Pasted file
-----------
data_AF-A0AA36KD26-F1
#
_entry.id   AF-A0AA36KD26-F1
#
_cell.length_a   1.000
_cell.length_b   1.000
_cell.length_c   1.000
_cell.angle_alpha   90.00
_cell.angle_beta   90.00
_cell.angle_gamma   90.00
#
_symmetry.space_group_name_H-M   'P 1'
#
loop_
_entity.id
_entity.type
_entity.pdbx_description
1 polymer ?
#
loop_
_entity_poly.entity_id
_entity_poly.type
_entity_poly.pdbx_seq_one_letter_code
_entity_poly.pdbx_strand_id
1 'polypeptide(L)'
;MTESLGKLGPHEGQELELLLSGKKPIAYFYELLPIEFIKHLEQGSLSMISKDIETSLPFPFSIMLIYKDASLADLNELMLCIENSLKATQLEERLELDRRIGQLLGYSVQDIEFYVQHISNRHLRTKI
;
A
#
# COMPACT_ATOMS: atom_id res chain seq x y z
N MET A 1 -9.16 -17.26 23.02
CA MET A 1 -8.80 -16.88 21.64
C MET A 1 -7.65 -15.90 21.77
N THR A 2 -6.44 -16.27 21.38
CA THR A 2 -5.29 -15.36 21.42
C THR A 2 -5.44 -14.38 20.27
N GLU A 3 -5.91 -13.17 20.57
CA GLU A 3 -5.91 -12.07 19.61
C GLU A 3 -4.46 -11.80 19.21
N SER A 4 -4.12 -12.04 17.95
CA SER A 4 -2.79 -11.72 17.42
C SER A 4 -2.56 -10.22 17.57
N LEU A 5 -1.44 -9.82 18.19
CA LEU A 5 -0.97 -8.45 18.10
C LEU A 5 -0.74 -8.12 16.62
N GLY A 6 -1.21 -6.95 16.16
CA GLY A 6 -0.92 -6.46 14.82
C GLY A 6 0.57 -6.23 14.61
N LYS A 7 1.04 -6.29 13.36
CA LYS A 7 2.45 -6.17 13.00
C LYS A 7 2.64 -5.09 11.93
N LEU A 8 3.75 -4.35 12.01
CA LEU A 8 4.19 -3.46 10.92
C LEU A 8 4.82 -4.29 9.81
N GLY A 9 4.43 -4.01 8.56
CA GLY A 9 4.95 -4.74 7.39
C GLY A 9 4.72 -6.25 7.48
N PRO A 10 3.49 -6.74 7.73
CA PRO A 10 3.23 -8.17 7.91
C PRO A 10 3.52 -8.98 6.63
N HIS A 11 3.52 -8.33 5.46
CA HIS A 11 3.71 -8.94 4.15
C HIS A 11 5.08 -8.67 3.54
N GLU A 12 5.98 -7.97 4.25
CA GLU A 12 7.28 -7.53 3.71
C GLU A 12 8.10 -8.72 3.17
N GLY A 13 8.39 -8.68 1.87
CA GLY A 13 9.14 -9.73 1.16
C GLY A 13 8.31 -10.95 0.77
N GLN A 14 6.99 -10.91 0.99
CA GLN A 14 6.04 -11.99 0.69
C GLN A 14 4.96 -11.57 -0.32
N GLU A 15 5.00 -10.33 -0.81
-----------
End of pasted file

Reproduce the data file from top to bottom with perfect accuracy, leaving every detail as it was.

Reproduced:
data_AF-A0AA36KD26-F1
#
_entry.id   AF-A0AA36KD26-F1
#
_cell.length_a   1.000
_cell.length_b   1.000
_cell.length_c   1.000
_cell.angle_alpha   90.00
_cell.angle_beta   90.00
_cell.angle_gamma   90.00
#
_symmetry.space_group_name_H-M   'P 1'
#
loop_
_entity.id
_entity.type
_entity.pdbx_description
1 polymer ?
#
loop_
_entity_poly.entity_id
_entity_poly.type
_entity_poly.pdbx_seq_one_letter_code
_entity_poly.pdbx_strand_id
1 'polypeptide(L)'
;MTESLGKLGPHEGQELELLLSGKKPIAYFYELLPIEFIKHLEQGSLSMISKDIETSLPFPFSIMLIYKDASLADLNELMLCIENSLKATQLEERLELDRRIGQLLGYSVQDIEFYVQHISNRHLRTKI
;
A
#
# COMPACT_ATOMS: atom_id res chain seq x y z
N MET A 1 -9.16 -17.26 23.02
CA MET A 1 -8.80 -16.88 21.64
C MET A 1 -7.65 -15.90 21.77
N THR A 2 -6.44 -16.27 21.38
CA THR A 2 -5.29 -15.36 21.42
C THR A 2 -5.44 -14.38 20.27
N GLU A 3 -5.91 -13.17 20.57
CA GLU A 3 -5.91 -12.07 19.61
C GLU A 3 -4.46 -11.80 19.21
N SER A 4 -4.12 -12.04 17.95
CA SER A 4 -2.79 -11.72 17.42
C SER A 4 -2.56 -10.22 17.57
N LEU A 5 -1.44 -9.82 18.19
CA LEU A 5 -0.97 -8.45 18.10
C LEU A 5 -0.74 -8.12 16.62
N GLY A 6 -1.21 -6.95 16.16
CA GLY A 6 -0.92 -6.46 14.82
C GLY A 6 0.57 -6.23 14.61
N LYS A 7 1.04 -6.29 13.36
CA LYS A 7 2.45 -6.17 13.00
C LYS A 7 2.64 -5.09 11.93
N LEU A 8 3.75 -4.35 12.01
CA LEU A 8 4.19 -3.46 10.92
C LEU A 8 4.82 -4.29 9.81
N GLY A 9 4.43 -4.01 8.56
CA GLY A 9 4.95 -4.74 7.39
C GLY A 9 4.72 -6.25 7.48
N PRO A 10 3.49 -6.74 7.73
CA PRO A 10 3.23 -8.17 7.91
C PRO A 10 3.52 -8.98 6.63
N HIS A 11 3.52 -8.33 5.46
CA HIS A 11 3.71 -8.94 4.15
C HIS A 11 5.08 -8.67 3.54
N GLU A 12 5.98 -7.97 4.25
CA GLU A 12 7.28 -7.53 3.71
C GLU A 12 8.10 -8.72 3.17
N GLY A 13 8.39 -8.68 1.87
CA GLY A 13 9.14 -9.73 1.16
C GLY A 13 8.31 -10.95 0.77
N GLN A 14 6.99 -10.91 0.99
CA GLN A 14 6.04 -11.99 0.69
C GLN A 14 4.96 -11.57 -0.32
N GLU A 15 5.00 -10.33 -0.81